The Chief of The Citadel Department of Public Safety, Mike Turner, Class of ’86, speaks during the Oath Ceremony for the departments new officers at the Swain Boating Center in Charleston, South Carolina on Tuesday, March 1, 2022.

Turner said the Public Safety team is looking forward to working with the cadet-officers and to growing the college’s intern-to-officer program.

Introducing The Citadel’s new Community Service Officers

Cadet Brandon Birsner Mount Pleasant, South Carolina

Cadet Brandon Birsner, The Citadel Class of 2023, takes an oath to become an officer with The Citadel Department of Public Safety after training as an intern. Birsner is from Mt. Pleasant, South Carolina.

Currently holding the position of Romeo Co. Human Affairs Sgt., Cadet Brandon Birsner is a junior majoring in Political Science. He plans to become a Class I Officer upon graduating in 2023. Birsner has helped to fuel The Citadel PSAF Internship program by fostering connections with agencies providing that provide NARCAN training to assist in saving the life of a person who has overdosed on opioids or other substances, as well as the local Polar Plunge fundraiser.

Cadet Imani Bowie – Augusta, Georgia

Cadet Imani Bowie, The Citadel Class of 2023, takes an oath to become an officer with The Citadel Department of Public Safety after training as an intern. He is from Augusta, Georgia.

In addition to now being a sworn-in Community Service Officer, Cadet Imani Bowie is a member of the South Carolina National Guard. He is the South Carolina Corps of Cadets Squad Sgt., the Army Dept. Recruiting Sgt. and a future Honor Court Representative. Bowing is majoring in Intelligence and Security Studies and will graduate in 2023.

“I have learned a lot from this program so far and it has led me to consider pursuing a career in law enforcement after college,” Bowie said. “It has also helped me with my confidence and opened my eyes to all of the work that goes into being a police officer. I have developed a lot of respect for those in this line of work.”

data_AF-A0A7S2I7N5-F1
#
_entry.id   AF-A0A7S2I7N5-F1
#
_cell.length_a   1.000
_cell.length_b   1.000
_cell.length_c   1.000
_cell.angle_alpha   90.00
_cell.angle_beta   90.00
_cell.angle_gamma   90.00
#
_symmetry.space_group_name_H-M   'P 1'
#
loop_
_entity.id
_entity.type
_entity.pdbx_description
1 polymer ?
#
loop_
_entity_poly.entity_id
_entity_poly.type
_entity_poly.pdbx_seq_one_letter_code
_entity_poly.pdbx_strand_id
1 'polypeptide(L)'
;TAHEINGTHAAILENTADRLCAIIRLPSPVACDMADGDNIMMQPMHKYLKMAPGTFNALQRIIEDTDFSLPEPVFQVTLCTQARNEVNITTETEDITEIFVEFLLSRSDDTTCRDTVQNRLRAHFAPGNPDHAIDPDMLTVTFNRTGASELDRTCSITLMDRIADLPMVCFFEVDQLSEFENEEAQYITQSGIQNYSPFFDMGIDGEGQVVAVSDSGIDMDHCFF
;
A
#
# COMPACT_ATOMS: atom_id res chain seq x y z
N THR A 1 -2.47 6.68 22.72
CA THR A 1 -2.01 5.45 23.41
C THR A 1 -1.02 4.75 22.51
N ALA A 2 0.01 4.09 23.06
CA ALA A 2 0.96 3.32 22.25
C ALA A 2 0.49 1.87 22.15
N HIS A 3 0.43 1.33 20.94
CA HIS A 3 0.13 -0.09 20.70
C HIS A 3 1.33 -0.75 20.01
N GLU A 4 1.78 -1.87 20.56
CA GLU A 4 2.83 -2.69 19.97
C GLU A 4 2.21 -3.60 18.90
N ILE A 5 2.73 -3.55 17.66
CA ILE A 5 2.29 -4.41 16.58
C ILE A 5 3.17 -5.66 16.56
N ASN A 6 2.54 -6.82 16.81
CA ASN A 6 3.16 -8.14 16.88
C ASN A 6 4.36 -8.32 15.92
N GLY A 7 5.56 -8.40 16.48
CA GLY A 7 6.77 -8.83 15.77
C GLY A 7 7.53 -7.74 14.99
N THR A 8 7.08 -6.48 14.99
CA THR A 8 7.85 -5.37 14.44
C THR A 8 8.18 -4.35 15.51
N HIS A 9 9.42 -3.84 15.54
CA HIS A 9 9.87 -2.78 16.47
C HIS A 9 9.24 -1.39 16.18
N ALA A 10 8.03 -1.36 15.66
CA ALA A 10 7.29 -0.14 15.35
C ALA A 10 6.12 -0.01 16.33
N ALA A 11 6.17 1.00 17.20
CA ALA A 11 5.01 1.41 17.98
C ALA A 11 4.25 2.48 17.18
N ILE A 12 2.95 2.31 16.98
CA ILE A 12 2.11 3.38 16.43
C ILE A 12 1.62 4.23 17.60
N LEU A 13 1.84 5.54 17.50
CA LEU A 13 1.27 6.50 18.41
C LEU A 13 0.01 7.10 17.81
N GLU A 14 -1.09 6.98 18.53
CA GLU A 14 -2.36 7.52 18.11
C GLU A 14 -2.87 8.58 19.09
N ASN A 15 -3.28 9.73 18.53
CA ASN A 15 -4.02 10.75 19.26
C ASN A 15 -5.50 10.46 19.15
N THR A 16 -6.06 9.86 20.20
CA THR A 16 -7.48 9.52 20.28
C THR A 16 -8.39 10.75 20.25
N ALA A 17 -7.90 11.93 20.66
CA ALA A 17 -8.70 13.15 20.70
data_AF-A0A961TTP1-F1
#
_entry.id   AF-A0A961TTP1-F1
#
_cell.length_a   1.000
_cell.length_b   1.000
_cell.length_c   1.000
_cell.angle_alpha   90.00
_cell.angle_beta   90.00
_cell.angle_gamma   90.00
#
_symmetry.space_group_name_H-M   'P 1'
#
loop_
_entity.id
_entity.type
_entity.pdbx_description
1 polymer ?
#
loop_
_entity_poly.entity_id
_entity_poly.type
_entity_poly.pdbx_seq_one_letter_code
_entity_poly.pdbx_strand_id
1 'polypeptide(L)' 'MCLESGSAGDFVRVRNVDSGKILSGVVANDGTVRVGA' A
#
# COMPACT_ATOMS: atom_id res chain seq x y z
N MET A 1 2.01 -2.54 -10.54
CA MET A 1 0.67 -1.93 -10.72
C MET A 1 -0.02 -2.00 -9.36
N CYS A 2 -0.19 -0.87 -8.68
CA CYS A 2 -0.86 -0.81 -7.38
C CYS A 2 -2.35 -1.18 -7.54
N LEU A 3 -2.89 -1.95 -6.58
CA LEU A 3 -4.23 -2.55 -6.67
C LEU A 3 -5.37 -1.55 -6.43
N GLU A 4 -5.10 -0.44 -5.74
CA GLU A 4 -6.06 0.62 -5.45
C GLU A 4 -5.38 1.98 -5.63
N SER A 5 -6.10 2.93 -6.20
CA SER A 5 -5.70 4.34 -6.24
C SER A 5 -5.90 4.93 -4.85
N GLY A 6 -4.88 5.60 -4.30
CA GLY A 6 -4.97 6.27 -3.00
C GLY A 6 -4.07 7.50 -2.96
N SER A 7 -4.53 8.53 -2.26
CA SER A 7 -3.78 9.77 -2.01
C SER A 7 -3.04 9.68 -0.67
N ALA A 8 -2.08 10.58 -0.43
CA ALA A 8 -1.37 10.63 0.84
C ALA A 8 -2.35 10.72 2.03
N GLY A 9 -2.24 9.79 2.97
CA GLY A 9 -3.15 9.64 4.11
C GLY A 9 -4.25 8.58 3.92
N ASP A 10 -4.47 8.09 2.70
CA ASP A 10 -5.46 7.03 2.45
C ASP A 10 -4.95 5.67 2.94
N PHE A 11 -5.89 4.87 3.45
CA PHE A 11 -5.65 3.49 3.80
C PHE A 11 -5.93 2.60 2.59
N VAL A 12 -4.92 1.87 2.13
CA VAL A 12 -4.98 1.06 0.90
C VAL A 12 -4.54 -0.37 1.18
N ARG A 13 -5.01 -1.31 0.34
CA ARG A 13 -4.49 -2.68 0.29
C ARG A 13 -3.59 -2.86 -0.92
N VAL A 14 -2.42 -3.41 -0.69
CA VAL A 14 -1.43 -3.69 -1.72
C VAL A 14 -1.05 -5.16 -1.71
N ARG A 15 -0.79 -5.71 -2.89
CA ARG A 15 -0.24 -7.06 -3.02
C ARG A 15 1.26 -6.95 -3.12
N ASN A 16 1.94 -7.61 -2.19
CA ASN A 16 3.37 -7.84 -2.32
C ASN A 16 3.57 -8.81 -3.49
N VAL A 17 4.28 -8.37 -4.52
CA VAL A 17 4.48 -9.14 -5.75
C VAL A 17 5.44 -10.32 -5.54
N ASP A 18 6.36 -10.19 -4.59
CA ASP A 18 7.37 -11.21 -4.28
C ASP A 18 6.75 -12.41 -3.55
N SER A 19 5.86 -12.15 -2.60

Cadet Chelsea Sitarik – Folly Beach, South Carolina

Cadet Chelsea Sitarik, The Citadel Class of 2022, takes an oath to become an officer with The Citadel Department of Public Safety after training as an intern. She is from Folly Beach, South Carolina.

A senior in Charlie Company, Cadet Chelsea Sitarik is studying Criminal Justice and Psychology. She plans to continue her education and earn a master’s degree in Clinical Psychology following graduation. Sitarik is also pursuing a career in law enforcement. She has dedicated much of her time to the the internship program and the Public Safety team describes her as someone who will be a great asset to any law enforcement team in the future.

David Desplaces, Ph.D. – Citadel faculty member with the Baker School of Business

The Citadel Department of Public Safety hosts a Oath Ceremony for Sergeant Reagan Moore, Private First‐Class Cameron McNeill, Community Service Officer Brandon Birsner, Imani Bowie, David Desplaces and Chelsea Sitarik at the Swain Boating Center in Charleston, South Carolina on Tuesday, March 1, 2022. The ceremony was the first time current cadets were sworn in as community service officers. Credit: Cameron Pollack / The Citadel
Citadel Professor, Dr. David Desplaces, takes an oath to become an officer with The Citadel Department of Public Safety. He is a member of the Baker School of Business faculty and also holds extensive emergency management experience.

Professor David Desplaces, Ph.D., holds extensive experience in emergency management as a member of the Lowcountry Incident Management Team, the U.S. Coast Guard Auxillary, Captain in the South Carolina State Guard Provost Marshall Detachment (critical infrastructure protection unit), among other positions. On the other side of his career, Deplaces is a professor of Strategic Management with the Tommy and Victoria Baker School of Business at The Citadel, with expertise in global commerce and trade, cultural management, leadership, change management and entrepreneurial venturing.

New Class I Officers

Private First-Class Cameron McNeill

Private First-Class Cameron McNeill has 11 years of law enforcement experience. Earlier in his career, he served in both Dorchester and Collin counties as a sheriff’s deputy and in North Charleston as a full time SWAT officer. For the last 12 years, McNeill served as a member of the State Department Bureau of Diplomatic Security. He conducted protective operations for U.S. diplomats in Afghanistan for approximately five years and trained in the High-Threat Operations branch for the following seven years. Upon completion of the academy, he will become a full-time trainer for The Citadel Department of Public Safety.

Sgt. Reagan Moore

Sergeant Reagan Moore, an experienced law enforcement professional is sworn as an officer in with The Citadel Department of Public Safety March 1, 2022.

Before joining The Citadel Department of Public Safety, Sgt. Reagan Moore worked with Coastal Carolina University’s Department of Public Safety as an investigator. She has been a law enforcement professional for eight years, working for the city of Conway, the Green County Sheriff’s Office and the J. Reuben Long Correctional Center. Moore has a wide range of experience and holds degrees in Criminal Justice, Criminology, Online Security and Education.

The Citadel Department of Public Safety hosts a Oath Ceremony for new officers while friends and family looked on at the Swain Boating Center on campus in Charleston, South Carolina on Tuesday, March 1, 2022.